Even in the decades before the West plunged into a 22-year
drought, the proposals to shift water from wetter states to
more arid locations have never been in short supply. There was
the submarine pipeline from Alaska to California. Towing
Antarctic icebergs to make up for shortfalls in drinking water
supplies. A pipeline from Lake Superior to Wyoming. And that
one plan that more or less required an invasion of
Canada. Earlier this year, Utah legislators approved
a study of using the Pacific Ocean to refill the dwindling
Great Salt Lake via pipeline. Dempsey likewise pointed to
suggestions last year by an Idaho radio host who said
the state should use its political influence to “borrow the
As water interests in the Colorado
River Basin prepare to negotiate a new set of operating
guidelines for the drought-stressed river, Amelia Flores wants
her Colorado River Indian Tribes (CRIT) to be involved in the
discussion. And she wants CRIT seated at the negotiating table
with something invaluable to offer on a river facing steep cuts
in use: its surplus water.
CRIT, whose reservation lands in California and Arizona are
bisected by the Colorado River, has some of the most senior water
rights on the river. But a federal law enacted in the late 1700s,
decades before any southwestern state was established, prevents
most tribes from sending any of its water off its reservation.
The restrictions mean CRIT, which holds the rights to nearly a
quarter of the entire state of Arizona’s yearly allotment of
river water, is missing out on financial gain and the chance to
help its river partners.
Out of sight and out of mind to most
people, the Salton Sea in California’s far southeast corner has
challenged policymakers and local agencies alike to save the
desert lake from becoming a fetid, hyper-saline water body
inhospitable to wildlife and surrounded by clouds of choking
The sea’s problems stretch beyond its boundaries in Imperial and
Riverside counties and threaten to undermine multistate
management of the Colorado River. A 2019 Drought Contingency Plan for the
Lower Colorado River Basin was briefly stalled when the Imperial
Irrigation District, holding the river’s largest water
allocation, balked at participating in the plan because, the
district said, it ignored the problems of the Salton Sea.
High in the headwaters of the Colorado River, around the hamlet of Kremmling, Colorado, generations of families have made ranching and farming a way of life, their hay fields and cattle sustained by the river’s flow. But as more water was pulled from the river and sent over the Continental Divide to meet the needs of Denver and other cities on the Front Range, less was left behind to meet the needs of ranchers and fish.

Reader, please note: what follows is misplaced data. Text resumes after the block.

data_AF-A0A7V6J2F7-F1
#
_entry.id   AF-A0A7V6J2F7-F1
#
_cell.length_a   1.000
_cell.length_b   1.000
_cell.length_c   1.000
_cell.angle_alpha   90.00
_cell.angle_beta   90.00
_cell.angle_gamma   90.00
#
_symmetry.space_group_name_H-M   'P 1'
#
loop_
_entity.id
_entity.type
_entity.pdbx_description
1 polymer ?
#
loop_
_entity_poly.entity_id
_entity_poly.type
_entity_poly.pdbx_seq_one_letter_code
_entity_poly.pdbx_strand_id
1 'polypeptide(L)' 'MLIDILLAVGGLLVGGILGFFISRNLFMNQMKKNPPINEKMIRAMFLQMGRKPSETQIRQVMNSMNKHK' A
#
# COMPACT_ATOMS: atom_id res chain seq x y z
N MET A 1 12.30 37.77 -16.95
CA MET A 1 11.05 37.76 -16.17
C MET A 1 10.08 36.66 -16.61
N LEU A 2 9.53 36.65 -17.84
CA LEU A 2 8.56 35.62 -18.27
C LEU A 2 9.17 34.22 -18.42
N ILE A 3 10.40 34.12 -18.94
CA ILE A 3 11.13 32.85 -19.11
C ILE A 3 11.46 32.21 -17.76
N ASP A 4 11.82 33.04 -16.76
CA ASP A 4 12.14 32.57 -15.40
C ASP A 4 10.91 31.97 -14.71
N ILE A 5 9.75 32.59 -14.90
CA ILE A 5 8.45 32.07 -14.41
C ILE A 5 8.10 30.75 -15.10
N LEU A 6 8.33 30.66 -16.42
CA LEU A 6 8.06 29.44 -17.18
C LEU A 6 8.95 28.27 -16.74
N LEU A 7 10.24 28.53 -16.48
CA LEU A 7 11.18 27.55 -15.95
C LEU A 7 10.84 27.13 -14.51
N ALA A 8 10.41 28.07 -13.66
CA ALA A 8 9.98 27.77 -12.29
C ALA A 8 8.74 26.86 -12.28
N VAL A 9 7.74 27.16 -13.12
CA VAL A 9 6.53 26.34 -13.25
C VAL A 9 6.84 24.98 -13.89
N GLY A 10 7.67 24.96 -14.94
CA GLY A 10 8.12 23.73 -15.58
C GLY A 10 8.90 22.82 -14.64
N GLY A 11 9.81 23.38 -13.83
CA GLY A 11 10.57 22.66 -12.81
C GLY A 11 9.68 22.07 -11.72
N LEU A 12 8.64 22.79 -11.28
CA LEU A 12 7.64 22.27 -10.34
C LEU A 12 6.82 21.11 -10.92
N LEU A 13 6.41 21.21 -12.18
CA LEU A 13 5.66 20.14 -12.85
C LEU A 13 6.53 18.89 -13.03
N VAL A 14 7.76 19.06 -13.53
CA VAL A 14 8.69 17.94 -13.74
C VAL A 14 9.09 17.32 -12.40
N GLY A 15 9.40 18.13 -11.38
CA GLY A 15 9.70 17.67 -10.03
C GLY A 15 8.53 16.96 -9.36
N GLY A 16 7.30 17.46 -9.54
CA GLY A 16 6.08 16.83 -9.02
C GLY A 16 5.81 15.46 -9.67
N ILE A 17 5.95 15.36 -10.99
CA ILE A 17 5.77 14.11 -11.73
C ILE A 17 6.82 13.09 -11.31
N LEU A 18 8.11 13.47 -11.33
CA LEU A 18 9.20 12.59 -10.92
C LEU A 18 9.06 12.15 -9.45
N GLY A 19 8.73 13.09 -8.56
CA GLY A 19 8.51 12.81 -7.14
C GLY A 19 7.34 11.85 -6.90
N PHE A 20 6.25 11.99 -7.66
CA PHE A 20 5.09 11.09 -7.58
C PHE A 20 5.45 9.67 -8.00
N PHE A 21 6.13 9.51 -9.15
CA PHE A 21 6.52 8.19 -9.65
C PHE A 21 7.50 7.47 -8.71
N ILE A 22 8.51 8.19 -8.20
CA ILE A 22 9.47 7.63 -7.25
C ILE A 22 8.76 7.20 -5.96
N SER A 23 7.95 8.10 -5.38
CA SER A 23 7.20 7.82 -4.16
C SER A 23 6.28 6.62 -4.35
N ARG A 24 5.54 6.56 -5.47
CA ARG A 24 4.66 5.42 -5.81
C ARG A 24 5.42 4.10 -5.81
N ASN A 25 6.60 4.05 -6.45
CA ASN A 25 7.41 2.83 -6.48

“What used to be a very large river that inundated the land has really become a trickle,” said Mely Whiting, Colorado counsel for Trout Unlimited. “We estimate that 70 percent of the flow on an annual average goes across the Continental Divide and never comes back.”
Groundwater helped make Kern County
the king of California agricultural production, with a $7 billion
annual array of crops that help feed the nation. That success has
come at a price, however. Decades of unchecked groundwater
pumping in the county and elsewhere across the state have left
some aquifers severely depleted. Now, the county’s water managers
have less than a year left to devise a plan that manages and
protects groundwater for the long term, yet ensures that Kern
County’s economy can continue to thrive, even with less water.
In the universe of California water, Tim Quinn is a professor emeritus. Quinn has seen — and been a key player in — a lot of major California water issues since he began his water career 40 years ago as a young economist with the Rand Corporation, then later as deputy general manager with the Metropolitan Water District of Southern California, and finally as executive director of the Association of California Water Agencies. In December, the 66-year-old will retire from ACWA.
As the Colorado River Basin becomes
drier and shortage conditions loom, one great variable remains:
How much of the river’s water belongs to Native American tribes?
Native Americans already use water from the Colorado River and
its tributaries for a variety of purposes, including leasing it
to non-Indian users. But some tribes aren’t using their full
federal Indian reserved water right and others have water rights
claims that have yet to be resolved. Combined, tribes have rights
to more water than some states in the Colorado River Basin.
This 30-minute documentary-style DVD on the history and current
state of the San Joaquin River Restoration Program includes an